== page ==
In the spring of 1995—maybe earlier—an inconspicuous moth identified as Orgyia thyellina, the white-spotted tussock moth, arrived in New Zealand from the Orient. Perhaps, like many a sailor before, it jumped ship on the Auckland waterfront. By the time the gaudily coloured caterpillars produced by the species were brought to the attention of scientists from the New Zealand Forest Research Institute (NZFRI) on April 17, 1996, they were plentiful over several square kilometres of the tasteful Auckland suburbs of Mission Bay and Kohimarama—and causing concern over their possible impact on New Zealand flora.
In its native range (Japan, Korea, Taiwan, China and eastern Russia) the species goes through either two or three generations per year, depending on the severity of the climate. The first two generations are “normal,” in that they consist of fully-winged male and female moths, but in the last generation for the season decreasing day length triggers a change in the morphology of the female: she emerges from her cocoon with tiny stubs of wings, and is incapable of flight.
These flightless females mate and lay their eggs on their own cocoons, or very nearby, and it is these eggs which are the overwintering stage of the insect. Unlike normal summer eggs, which hatch within two weeks, these overwintering eggs are larger and darker in colour.
Local observations so far suggest that, in terms of life history, the moth is behaving here as it does in Japan.
At FRI in Rotorua, white-spotted tussock moths are being reared in quarantine to determine which plants they can feed on. By artificially increasing the apparent day length to which late-season caterpillars are exposed in the week or two before they pupate, normal-winged females result, which lay rapid-hatching rather than overwintering eggs.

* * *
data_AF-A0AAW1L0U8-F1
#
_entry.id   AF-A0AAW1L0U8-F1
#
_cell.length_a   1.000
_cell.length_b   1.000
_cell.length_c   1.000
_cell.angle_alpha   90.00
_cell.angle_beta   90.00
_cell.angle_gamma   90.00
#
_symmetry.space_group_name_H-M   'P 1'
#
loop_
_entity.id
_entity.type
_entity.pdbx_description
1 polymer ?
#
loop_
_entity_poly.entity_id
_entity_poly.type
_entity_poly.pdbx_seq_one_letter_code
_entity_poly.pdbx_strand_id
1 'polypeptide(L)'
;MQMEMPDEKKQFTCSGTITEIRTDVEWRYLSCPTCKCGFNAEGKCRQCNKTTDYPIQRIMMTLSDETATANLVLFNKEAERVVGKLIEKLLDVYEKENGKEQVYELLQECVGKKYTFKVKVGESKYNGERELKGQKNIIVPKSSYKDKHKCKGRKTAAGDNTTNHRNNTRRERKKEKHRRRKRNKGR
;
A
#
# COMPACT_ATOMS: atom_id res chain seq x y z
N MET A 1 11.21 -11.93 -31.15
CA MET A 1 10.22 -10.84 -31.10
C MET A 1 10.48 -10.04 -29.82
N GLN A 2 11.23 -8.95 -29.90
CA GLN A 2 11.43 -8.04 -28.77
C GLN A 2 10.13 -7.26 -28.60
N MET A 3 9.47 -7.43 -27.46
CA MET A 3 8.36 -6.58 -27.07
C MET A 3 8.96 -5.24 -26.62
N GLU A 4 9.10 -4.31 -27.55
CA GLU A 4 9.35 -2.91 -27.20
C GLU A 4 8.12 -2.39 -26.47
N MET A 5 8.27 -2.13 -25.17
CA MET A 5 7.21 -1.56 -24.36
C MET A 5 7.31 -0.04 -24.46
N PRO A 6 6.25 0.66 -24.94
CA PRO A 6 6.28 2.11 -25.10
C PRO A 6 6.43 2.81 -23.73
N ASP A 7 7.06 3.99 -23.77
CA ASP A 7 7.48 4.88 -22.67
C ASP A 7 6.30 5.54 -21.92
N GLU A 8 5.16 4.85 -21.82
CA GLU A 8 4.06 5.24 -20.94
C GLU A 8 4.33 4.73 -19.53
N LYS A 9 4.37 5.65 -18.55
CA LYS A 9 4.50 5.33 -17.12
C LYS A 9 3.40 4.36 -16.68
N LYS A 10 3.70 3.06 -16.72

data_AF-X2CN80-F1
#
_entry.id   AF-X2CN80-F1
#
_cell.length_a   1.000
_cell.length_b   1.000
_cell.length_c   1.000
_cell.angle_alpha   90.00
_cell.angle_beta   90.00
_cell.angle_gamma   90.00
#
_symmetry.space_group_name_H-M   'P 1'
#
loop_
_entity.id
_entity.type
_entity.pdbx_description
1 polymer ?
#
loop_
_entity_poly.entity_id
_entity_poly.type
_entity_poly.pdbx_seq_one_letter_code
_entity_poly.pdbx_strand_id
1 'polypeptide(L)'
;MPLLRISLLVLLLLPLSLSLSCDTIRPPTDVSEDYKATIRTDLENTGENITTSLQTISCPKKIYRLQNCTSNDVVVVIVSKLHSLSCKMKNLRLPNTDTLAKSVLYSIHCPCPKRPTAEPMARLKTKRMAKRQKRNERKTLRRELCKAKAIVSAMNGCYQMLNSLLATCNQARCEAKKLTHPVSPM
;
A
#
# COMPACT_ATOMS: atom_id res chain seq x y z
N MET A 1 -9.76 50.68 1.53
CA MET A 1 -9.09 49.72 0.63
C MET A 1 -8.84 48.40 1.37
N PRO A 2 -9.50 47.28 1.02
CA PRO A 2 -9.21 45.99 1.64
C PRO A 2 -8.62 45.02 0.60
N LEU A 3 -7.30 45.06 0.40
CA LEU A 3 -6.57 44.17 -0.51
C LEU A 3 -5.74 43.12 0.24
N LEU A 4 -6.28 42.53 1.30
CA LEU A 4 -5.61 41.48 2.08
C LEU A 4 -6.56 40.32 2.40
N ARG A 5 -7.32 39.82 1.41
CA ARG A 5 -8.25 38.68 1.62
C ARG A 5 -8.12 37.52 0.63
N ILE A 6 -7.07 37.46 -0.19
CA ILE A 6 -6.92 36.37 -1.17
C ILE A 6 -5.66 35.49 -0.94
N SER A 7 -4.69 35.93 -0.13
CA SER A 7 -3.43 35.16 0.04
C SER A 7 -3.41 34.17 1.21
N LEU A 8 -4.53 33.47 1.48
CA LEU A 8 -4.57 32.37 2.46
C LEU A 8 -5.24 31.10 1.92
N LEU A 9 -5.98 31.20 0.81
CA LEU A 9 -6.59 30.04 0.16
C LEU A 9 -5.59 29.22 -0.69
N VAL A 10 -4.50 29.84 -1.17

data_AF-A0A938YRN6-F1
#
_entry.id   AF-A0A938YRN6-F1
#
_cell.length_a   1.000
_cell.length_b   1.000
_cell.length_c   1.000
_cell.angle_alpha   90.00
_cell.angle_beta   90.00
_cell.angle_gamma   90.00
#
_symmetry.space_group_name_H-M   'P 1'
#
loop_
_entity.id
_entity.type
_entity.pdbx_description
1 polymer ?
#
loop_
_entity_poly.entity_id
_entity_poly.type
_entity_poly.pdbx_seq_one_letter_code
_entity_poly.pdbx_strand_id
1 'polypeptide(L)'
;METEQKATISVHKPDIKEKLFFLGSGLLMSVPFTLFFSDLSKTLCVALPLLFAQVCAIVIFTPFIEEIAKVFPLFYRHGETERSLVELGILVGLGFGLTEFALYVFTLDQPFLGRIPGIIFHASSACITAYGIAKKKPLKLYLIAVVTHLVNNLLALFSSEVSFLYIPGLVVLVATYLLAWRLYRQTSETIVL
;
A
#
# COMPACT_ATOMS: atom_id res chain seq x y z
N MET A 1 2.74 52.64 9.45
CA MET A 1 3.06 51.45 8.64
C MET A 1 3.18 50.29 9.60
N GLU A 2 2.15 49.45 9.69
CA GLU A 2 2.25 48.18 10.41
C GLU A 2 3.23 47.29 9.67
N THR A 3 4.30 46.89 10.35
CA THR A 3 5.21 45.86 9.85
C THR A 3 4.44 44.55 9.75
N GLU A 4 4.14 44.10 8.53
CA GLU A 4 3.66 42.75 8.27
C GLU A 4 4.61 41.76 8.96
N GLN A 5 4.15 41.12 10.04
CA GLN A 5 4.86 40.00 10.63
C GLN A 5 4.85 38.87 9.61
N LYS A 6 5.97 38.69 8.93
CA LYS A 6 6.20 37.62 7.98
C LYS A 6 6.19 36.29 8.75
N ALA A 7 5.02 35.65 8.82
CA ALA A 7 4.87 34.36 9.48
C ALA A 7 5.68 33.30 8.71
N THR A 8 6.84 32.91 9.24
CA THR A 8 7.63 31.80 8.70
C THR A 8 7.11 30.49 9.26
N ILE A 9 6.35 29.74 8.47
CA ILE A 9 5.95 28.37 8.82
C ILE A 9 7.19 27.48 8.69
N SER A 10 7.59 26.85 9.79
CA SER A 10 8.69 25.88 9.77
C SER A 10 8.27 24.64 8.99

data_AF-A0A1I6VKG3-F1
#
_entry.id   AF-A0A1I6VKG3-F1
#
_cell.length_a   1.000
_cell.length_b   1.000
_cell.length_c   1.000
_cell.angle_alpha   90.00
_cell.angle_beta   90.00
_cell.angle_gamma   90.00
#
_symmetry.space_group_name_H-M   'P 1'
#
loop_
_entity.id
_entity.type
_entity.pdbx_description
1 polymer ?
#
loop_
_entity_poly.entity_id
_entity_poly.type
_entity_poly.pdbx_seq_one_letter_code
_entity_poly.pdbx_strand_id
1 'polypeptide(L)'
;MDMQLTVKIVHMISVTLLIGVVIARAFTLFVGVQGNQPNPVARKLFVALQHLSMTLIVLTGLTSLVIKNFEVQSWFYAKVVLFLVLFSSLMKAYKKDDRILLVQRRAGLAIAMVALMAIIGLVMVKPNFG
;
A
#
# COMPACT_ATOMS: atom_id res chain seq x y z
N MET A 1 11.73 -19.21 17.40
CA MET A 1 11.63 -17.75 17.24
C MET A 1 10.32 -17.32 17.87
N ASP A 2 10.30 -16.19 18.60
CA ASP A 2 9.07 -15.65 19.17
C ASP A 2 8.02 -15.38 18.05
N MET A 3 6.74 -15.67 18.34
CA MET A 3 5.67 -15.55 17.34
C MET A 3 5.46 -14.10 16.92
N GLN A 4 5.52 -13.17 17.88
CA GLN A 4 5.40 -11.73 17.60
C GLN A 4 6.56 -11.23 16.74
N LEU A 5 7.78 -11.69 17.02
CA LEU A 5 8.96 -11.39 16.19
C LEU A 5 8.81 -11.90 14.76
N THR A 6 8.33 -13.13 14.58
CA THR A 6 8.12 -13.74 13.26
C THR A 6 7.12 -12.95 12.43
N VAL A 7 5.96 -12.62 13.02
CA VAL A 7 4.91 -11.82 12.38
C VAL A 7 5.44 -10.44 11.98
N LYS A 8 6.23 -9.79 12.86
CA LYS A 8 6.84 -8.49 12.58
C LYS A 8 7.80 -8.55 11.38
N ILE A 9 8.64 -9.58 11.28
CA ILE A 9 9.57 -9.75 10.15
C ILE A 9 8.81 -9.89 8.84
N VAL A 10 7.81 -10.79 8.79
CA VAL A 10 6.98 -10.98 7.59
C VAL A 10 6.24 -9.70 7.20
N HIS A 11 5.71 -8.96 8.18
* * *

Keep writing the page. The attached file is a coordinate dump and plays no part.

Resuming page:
To date, mature caterpillars in Auckland have consumed a disconcertingly wide range of local broadleafed plants including plums, cherries, grapefruit,geraniums, roses and maples, but no conifers. While Orgyia (despite the sound of its name) is not considered a major pest in its natural environment, predators which may control it mere are unlikely to exist here, increasing tile potential threat.
As expected, young caterpillars are proving more selective in their feeding than older individuals. Preliminary results on timber species indicate that red beech and at least one species of Eucalypt (regnans) support the growth of young caterpillars, but Pinus radiata and douglas fir do not.
It is likely that the infected area of Auckland will be sprayed with a biological control agent when caterpillars emerge in tile spring.
Bacillus thurigenensis strain K, a naturally occurring bacterium, would almost certainly be used for this task. The strain kills only larvae of moths and butterflies, and is harmless to other insects and organisms. It has been successfully used in North America to control the related and voracious Asian gypsy moth.